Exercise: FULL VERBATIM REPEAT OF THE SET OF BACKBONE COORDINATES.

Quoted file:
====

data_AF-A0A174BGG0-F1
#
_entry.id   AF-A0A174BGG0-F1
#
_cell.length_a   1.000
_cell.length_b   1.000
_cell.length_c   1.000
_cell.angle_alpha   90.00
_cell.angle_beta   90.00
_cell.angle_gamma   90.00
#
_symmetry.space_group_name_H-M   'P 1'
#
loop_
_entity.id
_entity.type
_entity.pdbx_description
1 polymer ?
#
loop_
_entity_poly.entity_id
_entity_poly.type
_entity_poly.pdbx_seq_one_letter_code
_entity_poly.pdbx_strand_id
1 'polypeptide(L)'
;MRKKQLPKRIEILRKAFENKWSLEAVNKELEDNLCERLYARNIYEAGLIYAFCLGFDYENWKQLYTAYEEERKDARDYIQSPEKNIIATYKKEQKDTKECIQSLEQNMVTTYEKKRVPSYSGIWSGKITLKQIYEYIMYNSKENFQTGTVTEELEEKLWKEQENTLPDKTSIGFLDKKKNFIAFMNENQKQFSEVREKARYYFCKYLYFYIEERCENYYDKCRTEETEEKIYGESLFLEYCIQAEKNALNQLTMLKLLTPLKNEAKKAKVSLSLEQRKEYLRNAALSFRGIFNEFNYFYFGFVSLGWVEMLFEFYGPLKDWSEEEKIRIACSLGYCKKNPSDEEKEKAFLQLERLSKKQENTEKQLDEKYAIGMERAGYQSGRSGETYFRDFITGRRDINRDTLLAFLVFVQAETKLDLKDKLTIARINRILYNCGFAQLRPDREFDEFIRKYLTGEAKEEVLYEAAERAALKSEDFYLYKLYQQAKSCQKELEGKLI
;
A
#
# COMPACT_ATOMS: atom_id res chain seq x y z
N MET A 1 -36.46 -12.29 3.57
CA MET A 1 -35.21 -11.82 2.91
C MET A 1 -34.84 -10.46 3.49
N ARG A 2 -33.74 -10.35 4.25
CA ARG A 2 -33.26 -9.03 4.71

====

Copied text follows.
data_AF-A0A174BGG0-F1
#
_entry.id   AF-A0A174BGG0-F1
#
_cell.length_a   1.000
_cell.length_b   1.000
_cell.length_c   1.000
_cell.angle_alpha   90.00
_cell.angle_beta   90.00
_cell.angle_gamma   90.00
#
_symmetry.space_group_name_H-M   'P 1'
#
loop_
_entity.id
_entity.type
_entity.pdbx_description
1 polymer ?
#
loop_
_entity_poly.entity_id
_entity_poly.type
_entity_poly.pdbx_seq_one_letter_code
_entity_poly.pdbx_strand_id
1 'polypeptide(L)'
;MRKKQLPKRIEILRKAFENKWSLEAVNKELEDNLCERLYARNIYEAGLIYAFCLGFDYENWKQLYTAYEEERKDARDYIQSPEKNIIATYKKEQKDTKECIQSLEQNMVTTYEKKRVPSYSGIWSGKITLKQIYEYIMYNSKENFQTGTVTEELEEKLWKEQENTLPDKTSIGFLDKKKNFIAFMNENQKQFSEVREKARYYFCKYLYFYIEERCENYYDKCRTEETEEKIYGESLFLEYCIQAEKNALNQLTMLKLLTPLKNEAKKAKVSLSLEQRKEYLRNAALSFRGIFNEFNYFYFGFVSLGWVEMLFEFYGPLKDWSEEEKIRIACSLGYCKKNPSDEEKEKAFLQLERLSKKQENTEKQLDEKYAIGMERAGYQSGRSGETYFRDFITGRRDINRDTLLAFLVFVQAETKLDLKDKLTIARINRILYNCGFAQLRPDREFDEFIRKYLTGEAKEEVLYEAAERAALKSEDFYLYKLYQQAKSCQKELEGKLI
;
A
#
# COMPACT_ATOMS: atom_id res chain seq x y z
N MET A 1 -36.46 -12.29 3.57
CA MET A 1 -35.21 -11.82 2.91
C MET A 1 -34.84 -10.46 3.49
N ARG A 2 -33.74 -10.35 4.25
CA ARG A 2 -33.26 -9.03 4.71